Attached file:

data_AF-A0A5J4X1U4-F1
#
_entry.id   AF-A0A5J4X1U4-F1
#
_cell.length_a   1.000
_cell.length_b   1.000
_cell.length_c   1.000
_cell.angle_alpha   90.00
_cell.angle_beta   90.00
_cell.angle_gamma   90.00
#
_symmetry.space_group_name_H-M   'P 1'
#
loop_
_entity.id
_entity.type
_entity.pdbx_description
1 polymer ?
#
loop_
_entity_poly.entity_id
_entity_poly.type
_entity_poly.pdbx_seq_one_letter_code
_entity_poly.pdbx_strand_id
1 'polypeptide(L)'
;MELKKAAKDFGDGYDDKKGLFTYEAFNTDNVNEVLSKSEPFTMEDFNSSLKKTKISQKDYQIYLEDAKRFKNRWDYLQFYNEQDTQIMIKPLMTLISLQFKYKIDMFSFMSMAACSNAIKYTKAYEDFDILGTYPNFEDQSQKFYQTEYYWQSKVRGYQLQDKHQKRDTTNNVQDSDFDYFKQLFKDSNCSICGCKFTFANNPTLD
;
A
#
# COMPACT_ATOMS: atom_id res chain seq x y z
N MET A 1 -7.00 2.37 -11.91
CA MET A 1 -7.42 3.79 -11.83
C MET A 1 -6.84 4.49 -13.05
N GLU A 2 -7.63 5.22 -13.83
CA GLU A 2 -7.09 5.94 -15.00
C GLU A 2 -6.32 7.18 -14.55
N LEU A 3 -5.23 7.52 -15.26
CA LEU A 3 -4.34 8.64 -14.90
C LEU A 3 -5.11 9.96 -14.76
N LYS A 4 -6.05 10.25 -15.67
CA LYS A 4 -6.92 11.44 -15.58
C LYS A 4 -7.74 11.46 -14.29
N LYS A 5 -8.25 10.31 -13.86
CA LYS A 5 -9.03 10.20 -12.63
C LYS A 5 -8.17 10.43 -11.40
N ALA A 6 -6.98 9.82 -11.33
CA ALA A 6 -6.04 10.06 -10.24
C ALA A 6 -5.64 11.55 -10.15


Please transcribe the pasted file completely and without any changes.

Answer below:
data_AF-A0A5J4X1U4-F1
#
_entry.id   AF-A0A5J4X1U4-F1
#
_cell.length_a   1.000
_cell.length_b   1.000
_cell.length_c   1.000
_cell.angle_alpha   90.00
_cell.angle_beta   90.00
_cell.angle_gamma   90.00
#
_symmetry.space_group_name_H-M   'P 1'
#
loop_
_entity.id
_entity.type
_entity.pdbx_description
1 polymer ?
#
loop_
_entity_poly.entity_id
_entity_poly.type
_entity_poly.pdbx_seq_one_letter_code
_entity_poly.pdbx_strand_id
1 'polypeptide(L)'
;MELKKAAKDFGDGYDDKKGLFTYEAFNTDNVNEVLSKSEPFTMEDFNSSLKKTKISQKDYQIYLEDAKRFKNRWDYLQFYNEQDTQIMIKPLMTLISLQFKYKIDMFSFMSMAACSNAIKYTKAYEDFDILGTYPNFEDQSQKFYQTEYYWQSKVRGYQLQDKHQKRDTTNNVQDSDFDYFKQLFKDSNCSICGCKFTFANNPTLD
;
A
#
# COMPACT_ATOMS: atom_id res chain seq x y z
N MET A 1 -7.00 2.37 -11.91
CA MET A 1 -7.42 3.79 -11.83
C MET A 1 -6.84 4.49 -13.05
N GLU A 2 -7.63 5.22 -13.83
CA GLU A 2 -7.09 5.94 -15.00
C GLU A 2 -6.32 7.18 -14.55
N LEU A 3 -5.23 7.52 -15.26
CA LEU A 3 -4.34 8.64 -14.90
C LEU A 3 -5.11 9.96 -14.76
N LYS A 4 -6.05 10.25 -15.67
CA LYS A 4 -6.92 11.44 -15.58
C LYS A 4 -7.74 11.46 -14.29
N LYS A 5 -8.25 10.31 -13.86
CA LYS A 5 -9.03 10.20 -12.63
C LYS A 5 -8.17 10.43 -11.40
N ALA A 6 -6.98 9.82 -11.33
CA ALA A 6 -6.04 10.06 -10.24
C ALA A 6 -5.64 11.55 -10.15